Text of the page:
In 1898, a narrow-gauge railroad was completed and placed in service, extending across the entire width of the Island of Newfoundland. The railroad was abandoned in 1988. The above photo shows a rock cut along the railroad right of way. The exposed surface dates from before 1898 and was at least 118 years old when photographed in 2016. The rock is covered with lichen, but the density of coverage and number of types of lichen present makes this surface more closely resemble the 51 year-old road cut (above discussion) than natural, older surfaces. No nearby naturally-exposed rock surfaces were available for direct comparison.
Another rock cut on the railroad right of way is pictured above. This view (looking north) is taken about 5 km north of the view shown in the previous photo. Lichen growth is different on the two sides, with much more rhizocarpon geographicum growing on the east (west-facing, right in photo) side of the rock cut. Closeups are shown below.
The pictures above show bedrock surfaces exposed over a century ago, their exposure time equaling about 1% of the time extending back to the beginning of the Holocene. Although lichen coverage is substantial, many undisturbed bedrock surfaces in sunlit areas show more lichen and more diversity of lichen, giving such natural surfaces a recognizably different look from the disturbed surfaces shown above. Of course, there are frequent exceptions. Lichens and moss can grow over other lichens, then deteriorate with age or harsh weather leaving behind a partially or totally stripped bedrock surface. Lichens do not grow well on some smooth rock surfaces and on surfaces heavily rinsed by rainwater runoff. Undisturbed lichen patterns do not prove that rock surfaces date back to pre-Holocene times, and they can only faintly hint toward that conclusion. The section Lichen Applications discusses this in more detail.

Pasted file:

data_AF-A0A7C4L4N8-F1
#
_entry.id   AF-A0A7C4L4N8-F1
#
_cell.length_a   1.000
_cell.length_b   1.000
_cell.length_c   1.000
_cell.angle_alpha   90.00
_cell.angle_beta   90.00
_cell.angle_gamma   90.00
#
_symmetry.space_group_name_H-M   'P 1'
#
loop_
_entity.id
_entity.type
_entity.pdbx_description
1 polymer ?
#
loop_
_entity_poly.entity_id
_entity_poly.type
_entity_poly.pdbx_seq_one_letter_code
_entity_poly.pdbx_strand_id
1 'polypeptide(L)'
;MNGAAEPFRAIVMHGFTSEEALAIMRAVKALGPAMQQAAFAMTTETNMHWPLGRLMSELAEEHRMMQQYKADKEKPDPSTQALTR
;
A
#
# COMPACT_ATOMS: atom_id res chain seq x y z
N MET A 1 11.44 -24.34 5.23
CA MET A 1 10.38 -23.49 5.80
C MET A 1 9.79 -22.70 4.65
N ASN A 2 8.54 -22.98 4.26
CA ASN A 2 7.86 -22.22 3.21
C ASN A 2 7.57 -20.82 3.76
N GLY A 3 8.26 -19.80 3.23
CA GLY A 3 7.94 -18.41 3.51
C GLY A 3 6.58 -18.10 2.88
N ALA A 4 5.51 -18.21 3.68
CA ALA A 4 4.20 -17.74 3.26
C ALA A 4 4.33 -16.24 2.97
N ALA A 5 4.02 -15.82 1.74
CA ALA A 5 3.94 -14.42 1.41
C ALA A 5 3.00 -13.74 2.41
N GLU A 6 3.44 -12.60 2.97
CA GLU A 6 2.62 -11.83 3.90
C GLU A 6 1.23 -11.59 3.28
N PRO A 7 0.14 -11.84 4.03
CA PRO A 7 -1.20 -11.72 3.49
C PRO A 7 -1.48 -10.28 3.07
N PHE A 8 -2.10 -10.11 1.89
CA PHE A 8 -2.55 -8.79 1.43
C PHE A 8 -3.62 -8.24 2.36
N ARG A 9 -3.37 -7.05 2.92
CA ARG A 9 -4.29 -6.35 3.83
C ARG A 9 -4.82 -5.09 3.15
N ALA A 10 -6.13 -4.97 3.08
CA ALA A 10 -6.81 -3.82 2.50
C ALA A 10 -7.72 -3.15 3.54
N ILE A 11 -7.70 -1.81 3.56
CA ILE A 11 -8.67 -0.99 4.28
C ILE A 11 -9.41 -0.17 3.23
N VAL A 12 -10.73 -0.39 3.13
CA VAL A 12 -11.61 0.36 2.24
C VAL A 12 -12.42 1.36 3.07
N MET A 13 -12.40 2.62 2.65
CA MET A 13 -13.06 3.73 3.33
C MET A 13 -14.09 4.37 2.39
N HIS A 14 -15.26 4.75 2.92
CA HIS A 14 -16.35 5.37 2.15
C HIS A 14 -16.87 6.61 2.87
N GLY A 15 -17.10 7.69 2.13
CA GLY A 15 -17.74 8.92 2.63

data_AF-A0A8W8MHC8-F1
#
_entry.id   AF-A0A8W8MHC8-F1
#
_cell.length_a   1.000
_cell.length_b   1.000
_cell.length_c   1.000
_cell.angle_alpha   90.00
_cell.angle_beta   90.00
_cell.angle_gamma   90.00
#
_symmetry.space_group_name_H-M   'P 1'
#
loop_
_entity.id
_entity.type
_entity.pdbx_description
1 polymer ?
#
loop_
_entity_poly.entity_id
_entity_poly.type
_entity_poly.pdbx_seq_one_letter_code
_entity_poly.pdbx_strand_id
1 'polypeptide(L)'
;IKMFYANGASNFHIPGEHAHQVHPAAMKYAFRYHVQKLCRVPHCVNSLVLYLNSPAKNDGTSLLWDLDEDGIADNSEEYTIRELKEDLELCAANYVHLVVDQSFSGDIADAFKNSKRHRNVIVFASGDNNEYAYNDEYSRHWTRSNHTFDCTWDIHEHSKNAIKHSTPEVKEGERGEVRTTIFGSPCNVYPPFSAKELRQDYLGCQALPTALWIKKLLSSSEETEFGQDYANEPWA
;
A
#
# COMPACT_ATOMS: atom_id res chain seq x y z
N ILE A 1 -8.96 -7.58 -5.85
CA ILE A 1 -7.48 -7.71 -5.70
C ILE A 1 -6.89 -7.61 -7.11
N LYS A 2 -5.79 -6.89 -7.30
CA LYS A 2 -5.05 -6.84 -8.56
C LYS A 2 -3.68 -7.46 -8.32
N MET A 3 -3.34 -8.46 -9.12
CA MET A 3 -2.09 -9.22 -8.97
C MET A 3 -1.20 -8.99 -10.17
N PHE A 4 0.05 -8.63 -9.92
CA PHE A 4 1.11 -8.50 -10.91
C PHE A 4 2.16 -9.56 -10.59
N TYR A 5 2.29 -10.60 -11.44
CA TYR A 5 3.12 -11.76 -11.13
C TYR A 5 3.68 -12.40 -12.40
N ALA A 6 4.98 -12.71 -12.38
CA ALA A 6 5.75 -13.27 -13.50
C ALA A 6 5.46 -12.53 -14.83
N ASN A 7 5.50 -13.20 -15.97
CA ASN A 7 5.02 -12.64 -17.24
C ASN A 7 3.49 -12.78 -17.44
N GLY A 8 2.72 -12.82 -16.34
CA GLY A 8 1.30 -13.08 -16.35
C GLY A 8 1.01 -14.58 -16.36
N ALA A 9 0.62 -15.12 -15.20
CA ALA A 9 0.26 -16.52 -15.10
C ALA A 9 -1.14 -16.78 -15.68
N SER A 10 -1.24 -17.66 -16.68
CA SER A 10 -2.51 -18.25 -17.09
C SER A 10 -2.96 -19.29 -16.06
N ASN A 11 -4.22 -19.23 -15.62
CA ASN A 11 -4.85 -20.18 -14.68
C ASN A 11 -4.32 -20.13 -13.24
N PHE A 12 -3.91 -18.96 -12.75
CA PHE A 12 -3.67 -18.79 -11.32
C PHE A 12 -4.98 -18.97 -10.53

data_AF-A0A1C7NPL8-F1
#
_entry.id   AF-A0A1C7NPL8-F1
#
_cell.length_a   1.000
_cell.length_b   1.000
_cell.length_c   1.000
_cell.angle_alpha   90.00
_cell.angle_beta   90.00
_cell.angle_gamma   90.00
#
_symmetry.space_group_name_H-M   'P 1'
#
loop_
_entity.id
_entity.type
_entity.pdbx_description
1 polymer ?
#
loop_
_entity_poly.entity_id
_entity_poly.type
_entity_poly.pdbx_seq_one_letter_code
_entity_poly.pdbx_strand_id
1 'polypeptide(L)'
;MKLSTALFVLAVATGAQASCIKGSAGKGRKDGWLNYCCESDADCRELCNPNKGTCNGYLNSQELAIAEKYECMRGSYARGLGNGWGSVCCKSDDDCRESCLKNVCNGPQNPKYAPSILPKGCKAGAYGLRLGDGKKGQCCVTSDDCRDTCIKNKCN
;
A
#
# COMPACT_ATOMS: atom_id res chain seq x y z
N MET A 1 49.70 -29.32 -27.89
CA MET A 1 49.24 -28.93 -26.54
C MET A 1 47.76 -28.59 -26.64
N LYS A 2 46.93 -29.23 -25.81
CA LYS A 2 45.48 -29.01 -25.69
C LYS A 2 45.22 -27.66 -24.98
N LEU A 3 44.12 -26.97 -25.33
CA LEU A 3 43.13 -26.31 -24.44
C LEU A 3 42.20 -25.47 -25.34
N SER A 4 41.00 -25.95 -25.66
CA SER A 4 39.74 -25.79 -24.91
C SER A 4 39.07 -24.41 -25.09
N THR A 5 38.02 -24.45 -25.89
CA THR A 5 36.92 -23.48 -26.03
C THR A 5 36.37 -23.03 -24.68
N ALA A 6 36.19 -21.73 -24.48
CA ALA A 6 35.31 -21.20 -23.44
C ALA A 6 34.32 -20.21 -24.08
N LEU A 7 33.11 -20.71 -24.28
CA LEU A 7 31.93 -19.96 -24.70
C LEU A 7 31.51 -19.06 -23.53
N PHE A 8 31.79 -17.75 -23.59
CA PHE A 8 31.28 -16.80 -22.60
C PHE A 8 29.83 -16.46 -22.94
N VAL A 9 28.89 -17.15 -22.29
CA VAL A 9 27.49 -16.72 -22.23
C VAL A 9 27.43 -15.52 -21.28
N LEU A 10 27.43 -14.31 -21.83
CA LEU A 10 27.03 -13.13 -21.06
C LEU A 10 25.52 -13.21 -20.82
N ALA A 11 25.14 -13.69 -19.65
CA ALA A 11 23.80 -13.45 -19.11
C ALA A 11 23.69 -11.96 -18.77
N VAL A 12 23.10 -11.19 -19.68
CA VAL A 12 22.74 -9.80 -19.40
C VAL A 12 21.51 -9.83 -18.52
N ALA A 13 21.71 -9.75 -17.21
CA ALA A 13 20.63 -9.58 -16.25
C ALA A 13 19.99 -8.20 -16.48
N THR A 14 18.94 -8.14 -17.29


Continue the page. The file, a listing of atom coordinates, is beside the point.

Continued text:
Return to Frost-heaved Bedrock main page
Return to Frost-heaved Bedrock main page
heartofavalonia.org Exploring Geologic History